Second, there will be significant, shared state-federal regulatory power over hemp cultivation and production. Under section 10113 of the Farm Bill, state departments of agriculture must consult with the state’s governor and chief law enforcement officer to devise a plan that must be submitted to the Secretary of USDA. A state’s plan to license and regulate hemp can only commence once the Secretary of USDA approves that state’s plan. In states opting not to devise a hemp regulatory program, USDA will construct a regulatory program under which hemp cultivators in those states must apply for licenses and comply with a federally-run program. This system of shared regulatory programming is similar to options states had in other policy areas such as health insurance marketplaces under ACA, or workplace safety plans under OSHA—both of which had federally-run systems for states opting not to set up their own systems.

Third, the law outlines actions that are considered violations of federal hemp law (including such activities as cultivating without a license or producing cannabis with more than 0.3 percent THC). The law details possible punishments for such violations, pathways for violators to become compliant, and even which activities qualify as felonies under the law, such as repeated offenses.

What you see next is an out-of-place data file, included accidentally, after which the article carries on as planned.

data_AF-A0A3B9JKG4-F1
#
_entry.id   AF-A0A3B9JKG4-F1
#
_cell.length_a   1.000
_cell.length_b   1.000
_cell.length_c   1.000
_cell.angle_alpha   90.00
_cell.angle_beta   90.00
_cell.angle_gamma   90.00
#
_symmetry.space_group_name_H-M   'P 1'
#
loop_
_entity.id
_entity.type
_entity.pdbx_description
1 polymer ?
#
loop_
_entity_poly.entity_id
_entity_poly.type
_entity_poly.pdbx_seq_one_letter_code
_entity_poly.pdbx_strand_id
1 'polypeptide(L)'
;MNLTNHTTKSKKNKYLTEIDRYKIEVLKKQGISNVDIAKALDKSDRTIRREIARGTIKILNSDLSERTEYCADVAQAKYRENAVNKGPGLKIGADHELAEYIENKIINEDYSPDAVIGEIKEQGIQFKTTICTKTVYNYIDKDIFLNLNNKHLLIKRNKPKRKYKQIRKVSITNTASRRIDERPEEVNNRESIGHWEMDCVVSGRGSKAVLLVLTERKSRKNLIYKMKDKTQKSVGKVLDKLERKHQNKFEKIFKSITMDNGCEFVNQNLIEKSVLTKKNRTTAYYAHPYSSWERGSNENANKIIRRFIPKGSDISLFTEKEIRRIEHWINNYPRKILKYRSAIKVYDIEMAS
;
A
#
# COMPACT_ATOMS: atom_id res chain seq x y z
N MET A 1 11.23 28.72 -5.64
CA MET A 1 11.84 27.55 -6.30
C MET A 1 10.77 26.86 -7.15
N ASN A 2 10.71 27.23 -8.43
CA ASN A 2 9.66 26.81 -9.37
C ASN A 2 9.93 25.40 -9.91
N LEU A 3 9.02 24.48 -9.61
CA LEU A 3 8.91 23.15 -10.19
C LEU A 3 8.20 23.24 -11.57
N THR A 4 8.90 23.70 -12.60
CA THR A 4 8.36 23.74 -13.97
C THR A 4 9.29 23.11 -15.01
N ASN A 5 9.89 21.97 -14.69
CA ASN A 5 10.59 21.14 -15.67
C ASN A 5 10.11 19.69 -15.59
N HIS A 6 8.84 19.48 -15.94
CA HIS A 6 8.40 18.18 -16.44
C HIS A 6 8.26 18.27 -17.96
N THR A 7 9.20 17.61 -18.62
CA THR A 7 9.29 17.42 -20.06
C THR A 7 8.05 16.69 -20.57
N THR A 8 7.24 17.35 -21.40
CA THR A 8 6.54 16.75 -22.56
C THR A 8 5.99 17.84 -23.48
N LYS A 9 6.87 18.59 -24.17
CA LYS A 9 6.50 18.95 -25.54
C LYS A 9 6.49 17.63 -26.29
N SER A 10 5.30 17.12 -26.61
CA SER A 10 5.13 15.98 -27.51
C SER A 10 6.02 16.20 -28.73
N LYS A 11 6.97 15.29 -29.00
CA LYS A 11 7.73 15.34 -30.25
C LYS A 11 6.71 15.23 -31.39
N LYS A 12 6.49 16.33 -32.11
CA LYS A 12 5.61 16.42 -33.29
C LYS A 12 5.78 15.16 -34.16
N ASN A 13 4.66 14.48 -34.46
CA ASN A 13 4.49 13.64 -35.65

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Ultimately, the Farm Bill legalizes hemp, but it doesn’t create a system in which people can grow it as freely as they can grow tomatoes or basil. This will be a highly regulated crop in the United States for both personal and industrial production.

Hemp research remains important

One of the goals of the 2014 Farm Bill was to generate and protect research into hemp. The 2018 Farm Bill continues this effort. Section 7605 re-extends the protections for hemp research and the conditions under which such research can and should be conducted. Further, section 7501 of the Farm Bill extends hemp research by including hemp under the Critical Agricultural Materials Act. This provision recognizes the importance, diversity, and opportunity of the plant and the products that can be derived from it, but also recognizes an important point: there is a still a lot to learn about hemp and its products from commercial and market perspectives. Yes, farmers—legal and illegal—already know a lot about this plant, but more can and should be done to make sure that hemp as an agricultural commodity remains stable.